When a tooth becomes decayed or fractured to the point where a restoration cannot treat it, then many times extracting the tooth is the only treatment to prevent further damage or infection to the surrounding area. Some extractions are called "simple" or "non-surgical" extractions when a tooth is removed without having to manipulate or remove gum or bone. In some cases, a surgical approach is needed to remove small amounts of gum and bone tissues around a tooth in order to remove it. We provide both treatments, however the extractions of impacted wisdom teeth are usually referred to an oral surgeon for treatment.
Extractions of Third Molars (Wisdom Teeth)
Before removing a wisdom tooth, the oral surgeon will give you a local anesthetic to numb the area where the tooth will be removed. Intra-venous sedation may be used, especially if several or all of your wisdom teeth will be removed at the same time. Sedation prevents pain in the whole body and will make you groggy or cause you to sleep through the procedure. Your oral surgeon may recommend that you don't eat or drink after midnight on the night before surgery, so you are prepared for the anesthetic.
To remove the wisdom tooth, your dentist will open up the gum tissue over the tooth and take out any bone that is covering the tooth. He or she will separate the tissue connecting the tooth to the bone and then remove the tooth. Sometimes the oral surgeon will section the tooth into smaller pieces to make it easier to remove.
After the tooth is removed, you may need stitches. Some sutures dissolve over time and some have to be removed after a few days. Your dentist will tell you whether your sutures need to be removed. A folded cotton gauze pad placed over the wound will help stop the bleeding.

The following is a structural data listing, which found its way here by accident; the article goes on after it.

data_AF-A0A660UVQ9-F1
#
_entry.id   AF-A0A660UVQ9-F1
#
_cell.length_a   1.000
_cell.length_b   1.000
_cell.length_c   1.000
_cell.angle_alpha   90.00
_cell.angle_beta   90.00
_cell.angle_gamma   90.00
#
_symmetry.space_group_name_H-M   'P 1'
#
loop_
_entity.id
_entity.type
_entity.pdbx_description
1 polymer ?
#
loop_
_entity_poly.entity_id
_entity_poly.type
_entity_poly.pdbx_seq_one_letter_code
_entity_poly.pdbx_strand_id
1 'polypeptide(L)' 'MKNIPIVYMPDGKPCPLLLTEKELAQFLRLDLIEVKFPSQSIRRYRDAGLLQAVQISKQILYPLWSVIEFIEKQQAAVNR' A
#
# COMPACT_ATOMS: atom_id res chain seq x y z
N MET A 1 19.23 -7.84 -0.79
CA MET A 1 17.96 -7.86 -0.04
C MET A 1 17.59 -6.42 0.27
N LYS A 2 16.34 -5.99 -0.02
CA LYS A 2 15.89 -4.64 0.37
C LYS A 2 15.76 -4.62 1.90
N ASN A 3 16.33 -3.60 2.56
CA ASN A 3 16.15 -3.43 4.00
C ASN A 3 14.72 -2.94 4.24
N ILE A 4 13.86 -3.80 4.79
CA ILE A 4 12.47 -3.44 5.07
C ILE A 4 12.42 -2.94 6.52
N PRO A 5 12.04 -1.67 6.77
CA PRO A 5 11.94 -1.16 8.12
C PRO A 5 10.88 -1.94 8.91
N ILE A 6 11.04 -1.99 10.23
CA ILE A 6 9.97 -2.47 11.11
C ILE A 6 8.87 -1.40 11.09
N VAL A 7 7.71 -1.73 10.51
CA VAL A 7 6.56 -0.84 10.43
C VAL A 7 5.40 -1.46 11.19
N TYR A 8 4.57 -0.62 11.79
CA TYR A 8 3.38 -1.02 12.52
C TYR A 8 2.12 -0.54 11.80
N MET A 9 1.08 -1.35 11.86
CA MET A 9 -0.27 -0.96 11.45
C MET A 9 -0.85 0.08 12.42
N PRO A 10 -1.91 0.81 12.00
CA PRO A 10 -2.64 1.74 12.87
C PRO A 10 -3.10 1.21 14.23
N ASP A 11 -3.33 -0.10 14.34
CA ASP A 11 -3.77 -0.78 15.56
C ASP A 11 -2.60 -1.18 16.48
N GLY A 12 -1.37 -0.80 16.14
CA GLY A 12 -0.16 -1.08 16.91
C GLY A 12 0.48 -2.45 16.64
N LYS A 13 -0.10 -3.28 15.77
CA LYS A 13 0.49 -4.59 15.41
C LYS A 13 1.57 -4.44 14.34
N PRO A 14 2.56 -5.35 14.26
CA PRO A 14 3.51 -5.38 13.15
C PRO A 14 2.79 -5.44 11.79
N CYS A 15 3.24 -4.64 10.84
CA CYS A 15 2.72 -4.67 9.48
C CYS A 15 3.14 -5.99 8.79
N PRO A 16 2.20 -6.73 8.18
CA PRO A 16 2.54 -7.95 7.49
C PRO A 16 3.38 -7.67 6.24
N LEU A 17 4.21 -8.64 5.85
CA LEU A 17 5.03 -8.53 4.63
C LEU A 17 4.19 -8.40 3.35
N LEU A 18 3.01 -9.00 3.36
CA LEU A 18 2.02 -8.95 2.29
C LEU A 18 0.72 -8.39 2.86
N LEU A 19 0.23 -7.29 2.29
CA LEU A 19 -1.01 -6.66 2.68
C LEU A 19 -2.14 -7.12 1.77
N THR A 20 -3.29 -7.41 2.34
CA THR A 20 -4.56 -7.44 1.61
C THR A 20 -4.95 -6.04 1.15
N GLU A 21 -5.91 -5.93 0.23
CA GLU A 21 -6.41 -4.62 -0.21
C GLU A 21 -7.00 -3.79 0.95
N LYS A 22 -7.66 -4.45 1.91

What To Expect After Surgery
In most cases, the recovery period lasts only a few days. Take painkillers as prescribed by your dentist or oral surgeon. The following tips will help speed your recovery.
Bite gently on the gauze pad periodically, and change pads as they become soaked with blood. Call your dentist or oral surgeon if you still have moderate-severe bleeding 24 hours after your surgery.
While your mouth is numb, be careful not to bite the inside of your cheek or lip, or your tongue.
Try using an ice pack on the outside of your cheek for the first 24 hours. You can use moist heat-such as a washcloth soaked in warm water and wrung out-for the following 2 or 3 days.
Relax after surgery. Physical activity may increase bleeding.
Eat soft foods, such as gelatin, pudding, or a thin soup. Gradually add solid foods to your diet as healing progresses.
Do not use a straw for the first few days. Sucking on a straw can loosen the blood clot and delay healing.
After the first day, gently rinse your mouth with warm salt water several times a day to reduce swelling and relieve pain.
Do not smoke for at least 3-5 days after your surgery. The sucking motion can loosen the clot and delay healing. In addition, smoking decreases the blood supply and can bring germs and contaminants to the surgery area.
Avoid rubbing the area with your tongue or touching it with your fingers.
Continue to brush your teeth and tongue carefully.
Your dentist will remove the stitches after a few days, if needed.
Why It Is Done
A wisdom tooth is extracted to correct an actual problem or to prevent problems that may arise in the future. When wisdom teeth come in, a number of problems can occur:
Your jaw may not be large enough to accommodate them, and they may become impacted and unable to erupt through your gums.
Your wisdom teeth may erupt partially through your gums, causing a flap of gum tissue to grow over them. Food and bacteria can become trapped under the flap or operculum and cause your gums to become red, swollen, and painful. These are signs of infection.
More serious problems can develop from impacted teeth, such as infection, damage to other teeth and bone, or the development of a cyst.
One or more of your wisdom teeth may come in at an awkward angle, with the top of the tooth facing forward, backward, or to either side.
How Well It Works
Wisdom tooth removal usually is effective in preventing:
Crowding of the back teeth.
A wisdom tooth becoming stuck in the jaw (impacted) and never erupting through the gums.
Red, swollen, and painful gums caused by a flap of skin around a wisdom tooth that has only partially come in.
Gum disease and tooth decay in the wisdom tooth, which may be harder to clean than other teeth, or in the teeth and jaw in the area of the wisdom tooth.